The mixture I came up with is 3 parts Tamiya JN Grey, 1 part Sky Grey & 4 parts Flat White. It looks neutral with a color shift towards green when viewed under indoor lighting and it even appears to shift a bit blue at times. It’s right in the ballpark of the 3 samples and is very close to Gary Kerr’s hull color, only lighter, which is a good thing for the smaller scale AMT kit.
After the main hull color was painted I drew on the saucer grid with a pencil using the scaled blueprints, a straight piece of styrene sheet and a compass.
I mixed a darker shade of gray to pre-shade the grid lines and toned it down with the hull color.
I mixed some Testors Acryl US Navy Blue Grey, Pale Green and Flat White for the leading edge of the dorsal and used Testors Acryl Neutral Gray for the darker colors. The nacelle grills are painted Tamiya Chrome Silver and the ends of the Intercoolers and Control Reactor are Testors Acryl Neutral Gray lightened with white. For the triangles on the bottom of the saucer and the darker areas on the undersides of the front of the nacelles I mixed a darker, more neutral, variant of the hull color.
Weathering and decals…
Dark gray and green pastels are used for most of the weathering and rust colored pastel chalk for the ‘rust ring’ on top of the saucer.
I did my best to represent most of the look of the weathering of the 11 foot studio model while toning it back a bit for this smaller project.
The decals that come with the Round 2 kit are very accurate. I did, however, separate the saucer’s U.S.S. ENTERPRISE/NCC-1701 decal into pieces. The ‘U.S.S. ENTERPRISE’ seemed to sit a bit too close to the ‘NCC-1701 and the spacing of the ‘U.S.S. was a bit too much compared with the 11 foot studio model. In addition I also separated the NCC-1701 into individual decals. This eliminated the clear film and due to the grid on the saucer I was able to place them according to the studio model’s placement. Other than this, the decals actually are very accurate. The below image shows the placement of the decals on the top of the saucer.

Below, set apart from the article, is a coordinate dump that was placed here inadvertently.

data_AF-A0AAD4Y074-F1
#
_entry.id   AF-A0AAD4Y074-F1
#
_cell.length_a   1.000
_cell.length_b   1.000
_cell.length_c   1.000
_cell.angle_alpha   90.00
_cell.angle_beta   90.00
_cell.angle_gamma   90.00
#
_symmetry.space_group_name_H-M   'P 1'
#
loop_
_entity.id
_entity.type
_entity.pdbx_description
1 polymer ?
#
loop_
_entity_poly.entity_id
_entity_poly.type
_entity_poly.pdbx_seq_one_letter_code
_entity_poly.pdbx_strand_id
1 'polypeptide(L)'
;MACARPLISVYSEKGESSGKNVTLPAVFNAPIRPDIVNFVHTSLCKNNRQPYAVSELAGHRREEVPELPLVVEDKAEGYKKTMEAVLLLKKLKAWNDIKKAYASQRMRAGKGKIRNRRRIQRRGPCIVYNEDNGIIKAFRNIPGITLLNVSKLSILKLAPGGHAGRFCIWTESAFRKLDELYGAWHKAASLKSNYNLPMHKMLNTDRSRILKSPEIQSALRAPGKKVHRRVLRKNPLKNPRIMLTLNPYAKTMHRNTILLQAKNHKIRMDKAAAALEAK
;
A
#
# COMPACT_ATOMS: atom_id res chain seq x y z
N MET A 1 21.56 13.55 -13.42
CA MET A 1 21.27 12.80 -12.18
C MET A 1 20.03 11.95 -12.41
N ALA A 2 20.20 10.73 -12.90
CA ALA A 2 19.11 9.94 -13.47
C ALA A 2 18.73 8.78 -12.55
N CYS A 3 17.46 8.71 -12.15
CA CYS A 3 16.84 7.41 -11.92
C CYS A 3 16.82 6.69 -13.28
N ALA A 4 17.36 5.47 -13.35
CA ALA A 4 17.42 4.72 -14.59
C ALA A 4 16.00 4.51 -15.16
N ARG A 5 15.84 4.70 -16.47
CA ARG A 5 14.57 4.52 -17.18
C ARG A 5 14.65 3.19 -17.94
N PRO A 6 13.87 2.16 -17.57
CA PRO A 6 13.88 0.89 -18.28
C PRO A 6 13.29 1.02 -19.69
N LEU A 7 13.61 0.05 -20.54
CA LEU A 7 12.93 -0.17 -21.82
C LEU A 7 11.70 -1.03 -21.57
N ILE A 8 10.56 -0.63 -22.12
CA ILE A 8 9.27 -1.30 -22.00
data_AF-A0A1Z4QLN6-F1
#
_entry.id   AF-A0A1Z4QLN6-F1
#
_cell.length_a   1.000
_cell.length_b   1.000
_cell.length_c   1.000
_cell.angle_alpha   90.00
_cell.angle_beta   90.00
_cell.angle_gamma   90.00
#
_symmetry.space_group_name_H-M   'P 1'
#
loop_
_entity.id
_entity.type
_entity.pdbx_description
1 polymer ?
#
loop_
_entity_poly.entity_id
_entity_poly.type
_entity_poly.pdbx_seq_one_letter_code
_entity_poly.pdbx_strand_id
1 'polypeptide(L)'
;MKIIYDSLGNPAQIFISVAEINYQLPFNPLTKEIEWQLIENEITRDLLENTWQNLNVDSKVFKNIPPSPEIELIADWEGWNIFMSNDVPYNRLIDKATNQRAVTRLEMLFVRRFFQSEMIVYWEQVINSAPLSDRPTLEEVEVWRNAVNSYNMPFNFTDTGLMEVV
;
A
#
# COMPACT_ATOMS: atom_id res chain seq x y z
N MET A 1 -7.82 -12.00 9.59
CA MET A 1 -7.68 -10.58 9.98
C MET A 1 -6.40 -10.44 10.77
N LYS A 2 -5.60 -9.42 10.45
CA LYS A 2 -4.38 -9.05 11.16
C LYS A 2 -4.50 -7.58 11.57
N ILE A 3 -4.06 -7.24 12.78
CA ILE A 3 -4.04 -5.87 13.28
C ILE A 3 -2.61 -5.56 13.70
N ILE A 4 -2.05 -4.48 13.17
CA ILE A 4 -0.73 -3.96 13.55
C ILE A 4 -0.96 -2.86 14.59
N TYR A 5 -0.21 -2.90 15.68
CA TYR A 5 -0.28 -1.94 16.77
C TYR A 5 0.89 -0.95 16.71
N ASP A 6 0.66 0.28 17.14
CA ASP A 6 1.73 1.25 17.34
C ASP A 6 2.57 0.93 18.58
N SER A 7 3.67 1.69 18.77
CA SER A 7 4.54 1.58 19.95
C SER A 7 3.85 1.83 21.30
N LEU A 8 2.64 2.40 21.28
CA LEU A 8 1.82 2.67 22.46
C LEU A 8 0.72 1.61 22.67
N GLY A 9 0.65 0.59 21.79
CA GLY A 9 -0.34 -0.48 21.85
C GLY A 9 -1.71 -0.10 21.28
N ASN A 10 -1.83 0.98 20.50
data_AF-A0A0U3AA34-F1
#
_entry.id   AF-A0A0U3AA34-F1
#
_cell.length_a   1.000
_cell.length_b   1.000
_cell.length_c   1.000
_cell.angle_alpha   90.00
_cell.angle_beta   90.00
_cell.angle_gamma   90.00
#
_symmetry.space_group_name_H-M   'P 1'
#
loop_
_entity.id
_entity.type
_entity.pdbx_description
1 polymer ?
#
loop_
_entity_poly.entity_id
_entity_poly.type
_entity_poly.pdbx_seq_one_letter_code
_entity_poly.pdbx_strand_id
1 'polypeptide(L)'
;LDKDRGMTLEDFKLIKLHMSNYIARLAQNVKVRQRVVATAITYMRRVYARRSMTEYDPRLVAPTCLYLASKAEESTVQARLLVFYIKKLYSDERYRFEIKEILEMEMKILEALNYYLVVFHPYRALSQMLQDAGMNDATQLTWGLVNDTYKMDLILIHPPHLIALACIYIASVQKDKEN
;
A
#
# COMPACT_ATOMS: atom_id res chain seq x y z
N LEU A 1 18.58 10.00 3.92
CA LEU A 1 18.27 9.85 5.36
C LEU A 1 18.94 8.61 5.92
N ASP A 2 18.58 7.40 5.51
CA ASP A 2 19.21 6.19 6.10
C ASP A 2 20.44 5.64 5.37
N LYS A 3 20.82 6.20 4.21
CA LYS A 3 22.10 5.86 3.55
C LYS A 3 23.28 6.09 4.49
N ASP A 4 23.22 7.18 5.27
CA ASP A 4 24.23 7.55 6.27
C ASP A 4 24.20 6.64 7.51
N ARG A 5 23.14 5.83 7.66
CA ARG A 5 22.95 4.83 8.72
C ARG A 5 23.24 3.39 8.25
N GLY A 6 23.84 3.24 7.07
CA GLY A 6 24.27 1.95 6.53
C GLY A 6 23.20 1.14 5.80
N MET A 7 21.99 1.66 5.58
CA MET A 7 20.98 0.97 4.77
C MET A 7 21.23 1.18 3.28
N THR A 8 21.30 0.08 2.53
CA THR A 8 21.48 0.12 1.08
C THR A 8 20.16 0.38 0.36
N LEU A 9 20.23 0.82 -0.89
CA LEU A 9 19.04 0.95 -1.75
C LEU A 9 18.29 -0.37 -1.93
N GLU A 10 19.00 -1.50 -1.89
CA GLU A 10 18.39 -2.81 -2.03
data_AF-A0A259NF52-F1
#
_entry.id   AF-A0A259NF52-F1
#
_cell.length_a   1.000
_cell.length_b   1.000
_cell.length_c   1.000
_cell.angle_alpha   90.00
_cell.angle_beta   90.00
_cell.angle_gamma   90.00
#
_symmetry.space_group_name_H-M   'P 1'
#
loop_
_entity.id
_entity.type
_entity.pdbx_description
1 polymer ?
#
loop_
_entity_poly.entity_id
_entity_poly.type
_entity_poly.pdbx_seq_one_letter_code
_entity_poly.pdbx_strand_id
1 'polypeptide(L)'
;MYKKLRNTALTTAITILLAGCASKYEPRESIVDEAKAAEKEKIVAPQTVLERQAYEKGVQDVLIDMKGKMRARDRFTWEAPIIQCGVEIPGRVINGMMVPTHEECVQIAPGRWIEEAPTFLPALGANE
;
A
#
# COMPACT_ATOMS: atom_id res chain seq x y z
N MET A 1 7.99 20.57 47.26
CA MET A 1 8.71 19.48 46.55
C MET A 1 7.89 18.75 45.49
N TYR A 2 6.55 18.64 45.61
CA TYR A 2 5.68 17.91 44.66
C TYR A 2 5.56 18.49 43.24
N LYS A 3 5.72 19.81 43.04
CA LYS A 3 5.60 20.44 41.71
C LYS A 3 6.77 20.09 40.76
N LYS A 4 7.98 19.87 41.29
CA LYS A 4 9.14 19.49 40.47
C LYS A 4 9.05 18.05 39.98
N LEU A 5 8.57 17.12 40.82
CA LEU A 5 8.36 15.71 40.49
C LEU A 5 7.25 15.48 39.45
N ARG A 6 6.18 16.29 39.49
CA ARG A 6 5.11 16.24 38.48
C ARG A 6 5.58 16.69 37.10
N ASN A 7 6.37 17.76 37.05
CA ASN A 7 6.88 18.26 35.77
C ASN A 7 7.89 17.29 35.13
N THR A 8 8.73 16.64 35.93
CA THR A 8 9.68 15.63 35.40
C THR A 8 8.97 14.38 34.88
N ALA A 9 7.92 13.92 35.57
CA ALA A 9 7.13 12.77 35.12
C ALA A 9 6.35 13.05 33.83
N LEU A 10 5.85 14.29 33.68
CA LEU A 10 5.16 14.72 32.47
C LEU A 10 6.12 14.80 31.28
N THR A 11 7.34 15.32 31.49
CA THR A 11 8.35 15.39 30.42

I sprayed Future floor polish over the model before applying the decals and sealed them with Testors Create FX acrylic flat clear, with a few drops of semi- gloss clear added to keep the surface from appearing chalky.
All in all I had a lot of fun working on this project. This is my first time building the AMT 18” TOS Enterprise and I’m glad I started with the Round 2 release. The smooth top of the saucer and the wonderful decal sheet really improved this classic kit.
I’d like to thank Jamie Hood and everyone at Round 2 for giving me the opportunity to share my build.
Take a bow, Mike. Great job. Have a gander at these beauty shots of the finished model.
The long-rumored and anxiously awaited 1964 Belvedere 426 Super Stock Lawman will soon be here! With the release comes a few parts from new tooling. The shining features of the new tooling are the 2 all new sets of rims: a stock steel rim with an optional chrome hubcap and a Torq Thrust rim. New front spindles, rear blocks, and shocks will be included that enable the suspension to be raised or lowered, to achieve the proper wheel stance of the drag racer. The new parts will also include: racing headers, dual chrome air horns, intake manifold, chrome tachometer with oil gauge, and 2 different hood scoop options.
Accompany the new parts, the Lawman will have highly accurate decal sheet, updated instructions, chrome parts and vinyl drag slicks. The packaging will feature a full color tray and a new painting from Brad Leisure.